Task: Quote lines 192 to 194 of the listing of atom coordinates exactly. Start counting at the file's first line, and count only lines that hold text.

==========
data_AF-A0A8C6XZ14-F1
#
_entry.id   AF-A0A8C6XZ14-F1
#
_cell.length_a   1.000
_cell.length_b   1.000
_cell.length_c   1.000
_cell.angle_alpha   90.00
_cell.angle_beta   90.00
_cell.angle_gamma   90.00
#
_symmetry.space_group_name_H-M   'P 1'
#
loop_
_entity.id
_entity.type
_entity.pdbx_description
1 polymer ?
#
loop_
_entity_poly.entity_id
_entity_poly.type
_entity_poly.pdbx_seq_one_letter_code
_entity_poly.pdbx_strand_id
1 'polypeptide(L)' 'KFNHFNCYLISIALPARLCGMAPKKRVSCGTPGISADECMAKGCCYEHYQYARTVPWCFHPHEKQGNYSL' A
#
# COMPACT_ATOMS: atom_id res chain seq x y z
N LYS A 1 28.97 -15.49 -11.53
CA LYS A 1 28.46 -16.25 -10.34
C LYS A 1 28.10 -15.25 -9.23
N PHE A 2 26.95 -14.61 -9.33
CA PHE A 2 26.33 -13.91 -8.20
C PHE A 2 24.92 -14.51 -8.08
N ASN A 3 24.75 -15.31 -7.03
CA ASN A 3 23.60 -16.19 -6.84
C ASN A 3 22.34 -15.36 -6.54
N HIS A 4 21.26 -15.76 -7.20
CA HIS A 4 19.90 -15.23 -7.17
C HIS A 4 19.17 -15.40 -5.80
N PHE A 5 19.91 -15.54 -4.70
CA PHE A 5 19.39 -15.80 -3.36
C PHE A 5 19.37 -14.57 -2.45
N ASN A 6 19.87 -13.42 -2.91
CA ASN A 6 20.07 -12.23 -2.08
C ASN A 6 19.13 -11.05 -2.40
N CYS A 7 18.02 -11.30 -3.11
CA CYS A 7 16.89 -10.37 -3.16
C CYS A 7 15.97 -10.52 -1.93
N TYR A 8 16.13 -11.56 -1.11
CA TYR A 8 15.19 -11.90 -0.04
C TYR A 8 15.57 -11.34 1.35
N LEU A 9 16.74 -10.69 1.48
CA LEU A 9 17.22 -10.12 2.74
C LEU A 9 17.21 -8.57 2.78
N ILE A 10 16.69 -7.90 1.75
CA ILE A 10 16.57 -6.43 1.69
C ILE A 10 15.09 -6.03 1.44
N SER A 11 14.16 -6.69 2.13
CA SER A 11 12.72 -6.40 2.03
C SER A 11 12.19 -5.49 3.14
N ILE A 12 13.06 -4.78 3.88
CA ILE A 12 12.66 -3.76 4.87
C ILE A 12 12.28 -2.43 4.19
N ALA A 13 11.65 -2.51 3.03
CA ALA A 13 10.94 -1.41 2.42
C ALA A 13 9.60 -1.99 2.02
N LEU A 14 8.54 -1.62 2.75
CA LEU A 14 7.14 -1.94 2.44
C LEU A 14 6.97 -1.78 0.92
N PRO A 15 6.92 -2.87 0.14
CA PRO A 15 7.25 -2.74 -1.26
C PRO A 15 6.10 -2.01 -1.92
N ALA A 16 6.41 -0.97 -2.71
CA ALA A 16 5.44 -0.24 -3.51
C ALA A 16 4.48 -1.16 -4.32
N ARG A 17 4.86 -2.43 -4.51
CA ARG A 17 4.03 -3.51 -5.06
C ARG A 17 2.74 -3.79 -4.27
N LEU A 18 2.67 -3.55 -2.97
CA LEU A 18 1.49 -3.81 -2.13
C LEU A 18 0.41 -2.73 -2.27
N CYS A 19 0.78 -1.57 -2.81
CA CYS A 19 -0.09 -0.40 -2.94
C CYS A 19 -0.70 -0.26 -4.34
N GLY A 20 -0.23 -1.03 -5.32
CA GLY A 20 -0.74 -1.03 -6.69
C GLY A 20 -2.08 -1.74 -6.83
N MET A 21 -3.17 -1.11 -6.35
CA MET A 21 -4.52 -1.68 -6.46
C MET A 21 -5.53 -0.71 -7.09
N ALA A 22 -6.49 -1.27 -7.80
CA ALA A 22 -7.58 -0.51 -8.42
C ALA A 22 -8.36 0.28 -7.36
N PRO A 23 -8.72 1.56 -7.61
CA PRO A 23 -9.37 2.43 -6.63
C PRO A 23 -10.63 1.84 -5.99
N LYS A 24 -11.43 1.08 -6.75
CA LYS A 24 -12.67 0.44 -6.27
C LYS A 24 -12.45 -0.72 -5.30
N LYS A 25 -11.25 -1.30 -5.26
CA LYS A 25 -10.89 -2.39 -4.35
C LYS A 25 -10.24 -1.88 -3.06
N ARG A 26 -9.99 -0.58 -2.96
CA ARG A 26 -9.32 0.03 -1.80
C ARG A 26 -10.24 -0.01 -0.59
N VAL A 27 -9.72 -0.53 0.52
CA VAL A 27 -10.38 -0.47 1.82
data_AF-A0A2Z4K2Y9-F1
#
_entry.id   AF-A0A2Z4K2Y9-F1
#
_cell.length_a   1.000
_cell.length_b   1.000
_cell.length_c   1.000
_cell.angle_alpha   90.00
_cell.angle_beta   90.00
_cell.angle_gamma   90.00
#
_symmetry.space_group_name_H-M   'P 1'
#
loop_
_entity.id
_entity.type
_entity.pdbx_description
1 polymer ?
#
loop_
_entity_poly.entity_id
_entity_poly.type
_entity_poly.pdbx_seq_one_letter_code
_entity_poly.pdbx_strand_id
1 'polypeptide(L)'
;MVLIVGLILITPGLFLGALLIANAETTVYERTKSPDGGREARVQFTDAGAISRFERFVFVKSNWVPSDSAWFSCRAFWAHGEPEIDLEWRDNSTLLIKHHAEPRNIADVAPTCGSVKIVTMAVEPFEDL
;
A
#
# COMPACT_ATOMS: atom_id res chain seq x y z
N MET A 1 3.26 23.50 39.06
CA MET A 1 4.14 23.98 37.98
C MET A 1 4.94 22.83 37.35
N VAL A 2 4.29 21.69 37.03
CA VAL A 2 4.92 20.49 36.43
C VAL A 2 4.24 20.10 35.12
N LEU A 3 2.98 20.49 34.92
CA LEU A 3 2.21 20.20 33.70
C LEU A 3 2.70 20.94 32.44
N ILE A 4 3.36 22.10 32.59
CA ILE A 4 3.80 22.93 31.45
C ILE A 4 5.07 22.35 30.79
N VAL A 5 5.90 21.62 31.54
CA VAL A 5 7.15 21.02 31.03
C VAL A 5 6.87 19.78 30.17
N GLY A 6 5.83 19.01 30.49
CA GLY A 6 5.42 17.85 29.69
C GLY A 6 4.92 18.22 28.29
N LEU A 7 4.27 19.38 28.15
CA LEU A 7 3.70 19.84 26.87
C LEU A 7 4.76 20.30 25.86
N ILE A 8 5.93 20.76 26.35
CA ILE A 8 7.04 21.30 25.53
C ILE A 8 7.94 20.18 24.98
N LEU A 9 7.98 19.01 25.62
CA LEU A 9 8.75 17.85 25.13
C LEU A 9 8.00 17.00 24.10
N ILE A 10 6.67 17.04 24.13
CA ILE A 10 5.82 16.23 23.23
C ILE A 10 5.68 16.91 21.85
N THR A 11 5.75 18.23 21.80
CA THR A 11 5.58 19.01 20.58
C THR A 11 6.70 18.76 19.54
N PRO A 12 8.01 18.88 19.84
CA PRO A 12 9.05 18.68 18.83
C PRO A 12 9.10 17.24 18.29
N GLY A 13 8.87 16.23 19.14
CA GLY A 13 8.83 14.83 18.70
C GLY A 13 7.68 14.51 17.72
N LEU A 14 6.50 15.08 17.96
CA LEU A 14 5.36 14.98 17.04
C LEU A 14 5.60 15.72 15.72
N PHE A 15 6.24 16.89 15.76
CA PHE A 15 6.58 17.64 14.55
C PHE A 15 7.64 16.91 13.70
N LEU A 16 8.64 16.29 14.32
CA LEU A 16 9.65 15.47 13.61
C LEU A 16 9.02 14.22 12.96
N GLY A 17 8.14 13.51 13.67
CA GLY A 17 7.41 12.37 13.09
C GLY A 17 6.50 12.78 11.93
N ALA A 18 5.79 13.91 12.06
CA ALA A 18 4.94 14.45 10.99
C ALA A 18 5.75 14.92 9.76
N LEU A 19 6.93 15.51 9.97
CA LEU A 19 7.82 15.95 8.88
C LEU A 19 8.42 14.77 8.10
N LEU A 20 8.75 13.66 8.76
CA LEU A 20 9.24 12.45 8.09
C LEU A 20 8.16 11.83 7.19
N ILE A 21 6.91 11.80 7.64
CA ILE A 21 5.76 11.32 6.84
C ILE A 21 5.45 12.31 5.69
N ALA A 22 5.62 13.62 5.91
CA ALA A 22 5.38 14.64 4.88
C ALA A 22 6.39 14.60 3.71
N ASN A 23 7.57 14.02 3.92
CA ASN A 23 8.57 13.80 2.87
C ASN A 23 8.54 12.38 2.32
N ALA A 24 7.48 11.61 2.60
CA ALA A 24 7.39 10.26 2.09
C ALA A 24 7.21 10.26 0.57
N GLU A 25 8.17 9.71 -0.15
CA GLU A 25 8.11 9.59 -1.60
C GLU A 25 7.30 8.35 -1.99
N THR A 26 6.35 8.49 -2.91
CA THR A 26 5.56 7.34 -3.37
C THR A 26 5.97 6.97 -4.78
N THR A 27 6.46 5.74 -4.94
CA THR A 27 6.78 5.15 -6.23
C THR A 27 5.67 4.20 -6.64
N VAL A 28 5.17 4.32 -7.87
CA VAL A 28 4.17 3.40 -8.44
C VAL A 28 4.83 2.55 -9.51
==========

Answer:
N LEU A 19 6.93 15.51 9.97
CA LEU A 19 7.82 15.95 8.88
C LEU A 19 8.42 14.77 8.10